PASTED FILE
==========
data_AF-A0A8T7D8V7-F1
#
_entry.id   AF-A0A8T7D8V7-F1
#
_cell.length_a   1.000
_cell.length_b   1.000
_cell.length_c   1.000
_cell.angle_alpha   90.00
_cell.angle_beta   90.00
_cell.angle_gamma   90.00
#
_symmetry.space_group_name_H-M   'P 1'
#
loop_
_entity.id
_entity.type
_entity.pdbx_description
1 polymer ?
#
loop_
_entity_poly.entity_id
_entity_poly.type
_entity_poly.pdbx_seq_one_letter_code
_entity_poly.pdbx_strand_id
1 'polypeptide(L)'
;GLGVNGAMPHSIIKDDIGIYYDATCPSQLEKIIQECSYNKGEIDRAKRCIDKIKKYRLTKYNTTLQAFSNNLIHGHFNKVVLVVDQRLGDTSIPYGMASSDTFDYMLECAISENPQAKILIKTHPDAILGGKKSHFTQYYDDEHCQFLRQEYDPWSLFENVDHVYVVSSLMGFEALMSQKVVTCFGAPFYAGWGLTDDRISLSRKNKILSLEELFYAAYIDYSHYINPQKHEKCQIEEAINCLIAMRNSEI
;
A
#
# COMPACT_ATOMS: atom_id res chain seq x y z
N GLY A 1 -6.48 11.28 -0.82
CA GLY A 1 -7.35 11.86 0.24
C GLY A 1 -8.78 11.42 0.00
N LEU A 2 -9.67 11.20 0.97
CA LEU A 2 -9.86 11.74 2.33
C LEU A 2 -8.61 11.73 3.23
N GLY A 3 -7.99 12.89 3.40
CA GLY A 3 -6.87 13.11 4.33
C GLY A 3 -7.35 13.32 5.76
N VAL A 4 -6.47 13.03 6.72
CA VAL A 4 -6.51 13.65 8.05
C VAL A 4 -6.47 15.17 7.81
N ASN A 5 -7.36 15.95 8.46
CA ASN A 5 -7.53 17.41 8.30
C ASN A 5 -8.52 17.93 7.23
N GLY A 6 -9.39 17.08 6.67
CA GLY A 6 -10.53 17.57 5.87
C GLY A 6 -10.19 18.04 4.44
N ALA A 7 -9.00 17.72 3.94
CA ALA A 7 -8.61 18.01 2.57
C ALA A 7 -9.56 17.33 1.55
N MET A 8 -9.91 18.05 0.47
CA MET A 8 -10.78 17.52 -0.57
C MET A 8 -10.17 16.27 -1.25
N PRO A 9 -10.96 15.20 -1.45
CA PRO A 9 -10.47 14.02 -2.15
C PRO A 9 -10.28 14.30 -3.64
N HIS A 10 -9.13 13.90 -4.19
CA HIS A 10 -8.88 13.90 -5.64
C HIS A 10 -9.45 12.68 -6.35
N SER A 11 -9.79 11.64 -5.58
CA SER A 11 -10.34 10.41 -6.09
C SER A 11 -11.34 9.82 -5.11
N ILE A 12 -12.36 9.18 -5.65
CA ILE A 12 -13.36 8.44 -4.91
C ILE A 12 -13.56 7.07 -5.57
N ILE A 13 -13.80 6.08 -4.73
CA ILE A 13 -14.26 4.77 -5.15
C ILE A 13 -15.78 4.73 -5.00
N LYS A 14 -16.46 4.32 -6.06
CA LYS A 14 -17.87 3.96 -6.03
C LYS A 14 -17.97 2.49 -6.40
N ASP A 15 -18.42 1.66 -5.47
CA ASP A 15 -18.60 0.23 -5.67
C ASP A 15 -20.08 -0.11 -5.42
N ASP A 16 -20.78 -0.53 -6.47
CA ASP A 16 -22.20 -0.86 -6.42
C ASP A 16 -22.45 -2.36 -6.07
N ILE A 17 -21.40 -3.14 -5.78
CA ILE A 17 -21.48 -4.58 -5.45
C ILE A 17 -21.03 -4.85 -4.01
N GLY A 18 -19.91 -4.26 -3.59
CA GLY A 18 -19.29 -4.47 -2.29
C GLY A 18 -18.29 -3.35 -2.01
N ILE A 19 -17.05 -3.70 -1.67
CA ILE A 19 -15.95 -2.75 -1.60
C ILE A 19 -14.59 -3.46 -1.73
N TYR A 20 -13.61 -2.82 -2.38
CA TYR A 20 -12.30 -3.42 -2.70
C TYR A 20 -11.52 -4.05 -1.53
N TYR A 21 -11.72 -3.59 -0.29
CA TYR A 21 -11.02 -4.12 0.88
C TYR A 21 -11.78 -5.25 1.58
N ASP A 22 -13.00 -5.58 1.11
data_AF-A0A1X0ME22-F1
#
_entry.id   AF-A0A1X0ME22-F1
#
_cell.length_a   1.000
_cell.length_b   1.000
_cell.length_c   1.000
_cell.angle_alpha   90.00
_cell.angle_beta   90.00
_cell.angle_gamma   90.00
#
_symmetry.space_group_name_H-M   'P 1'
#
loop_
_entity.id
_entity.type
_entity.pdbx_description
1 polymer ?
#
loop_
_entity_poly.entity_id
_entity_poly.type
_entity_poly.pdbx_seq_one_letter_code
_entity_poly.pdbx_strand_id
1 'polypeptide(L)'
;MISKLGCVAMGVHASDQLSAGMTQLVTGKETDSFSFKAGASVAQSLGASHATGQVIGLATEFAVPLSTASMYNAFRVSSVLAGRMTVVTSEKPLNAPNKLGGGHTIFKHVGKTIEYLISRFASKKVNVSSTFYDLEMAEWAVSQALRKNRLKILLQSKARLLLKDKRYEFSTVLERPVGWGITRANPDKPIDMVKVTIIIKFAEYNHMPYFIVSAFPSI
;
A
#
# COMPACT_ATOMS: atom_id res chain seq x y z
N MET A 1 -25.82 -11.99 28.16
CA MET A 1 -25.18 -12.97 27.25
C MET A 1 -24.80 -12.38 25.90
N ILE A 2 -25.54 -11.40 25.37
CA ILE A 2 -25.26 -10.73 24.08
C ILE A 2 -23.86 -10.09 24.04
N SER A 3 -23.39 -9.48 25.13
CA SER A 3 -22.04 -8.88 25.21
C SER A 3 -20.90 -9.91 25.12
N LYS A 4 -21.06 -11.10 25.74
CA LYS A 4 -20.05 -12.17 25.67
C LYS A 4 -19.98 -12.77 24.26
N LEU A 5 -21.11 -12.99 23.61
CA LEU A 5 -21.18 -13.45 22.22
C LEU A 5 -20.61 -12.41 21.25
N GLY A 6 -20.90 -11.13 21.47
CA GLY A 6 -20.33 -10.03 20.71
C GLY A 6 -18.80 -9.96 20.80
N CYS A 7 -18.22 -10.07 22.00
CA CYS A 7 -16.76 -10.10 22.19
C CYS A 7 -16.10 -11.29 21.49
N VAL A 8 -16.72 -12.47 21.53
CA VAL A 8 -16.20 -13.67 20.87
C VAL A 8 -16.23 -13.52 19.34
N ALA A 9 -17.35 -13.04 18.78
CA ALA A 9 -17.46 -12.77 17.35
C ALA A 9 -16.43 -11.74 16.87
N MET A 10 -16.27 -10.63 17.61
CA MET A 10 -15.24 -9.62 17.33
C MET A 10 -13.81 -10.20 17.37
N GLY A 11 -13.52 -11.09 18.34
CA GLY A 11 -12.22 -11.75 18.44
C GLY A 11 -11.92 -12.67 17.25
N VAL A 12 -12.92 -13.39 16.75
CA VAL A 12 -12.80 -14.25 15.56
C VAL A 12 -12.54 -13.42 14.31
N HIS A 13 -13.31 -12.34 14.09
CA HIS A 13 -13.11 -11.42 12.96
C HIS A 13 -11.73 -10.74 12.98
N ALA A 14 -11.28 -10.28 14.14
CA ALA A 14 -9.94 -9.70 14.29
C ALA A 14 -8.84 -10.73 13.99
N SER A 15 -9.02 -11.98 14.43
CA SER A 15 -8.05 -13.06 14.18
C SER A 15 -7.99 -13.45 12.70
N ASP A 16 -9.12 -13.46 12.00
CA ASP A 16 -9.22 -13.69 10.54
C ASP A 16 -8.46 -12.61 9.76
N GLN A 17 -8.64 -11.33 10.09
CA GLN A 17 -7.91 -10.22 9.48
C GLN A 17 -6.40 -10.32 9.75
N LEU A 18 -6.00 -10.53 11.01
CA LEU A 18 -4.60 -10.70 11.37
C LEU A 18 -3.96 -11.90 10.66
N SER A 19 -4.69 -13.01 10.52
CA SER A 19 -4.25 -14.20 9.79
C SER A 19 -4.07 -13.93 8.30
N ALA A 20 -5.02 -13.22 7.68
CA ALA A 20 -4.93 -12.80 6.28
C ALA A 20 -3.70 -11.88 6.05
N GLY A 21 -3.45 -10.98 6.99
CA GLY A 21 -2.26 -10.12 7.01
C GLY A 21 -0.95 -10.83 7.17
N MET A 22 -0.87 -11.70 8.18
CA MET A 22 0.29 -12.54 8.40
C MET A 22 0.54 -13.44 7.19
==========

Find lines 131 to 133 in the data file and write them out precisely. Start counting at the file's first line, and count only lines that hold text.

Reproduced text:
N SER A 3 -23.39 -9.48 25.13
CA SER A 3 -22.04 -8.88 25.21
C SER A 3 -20.90 -9.91 25.12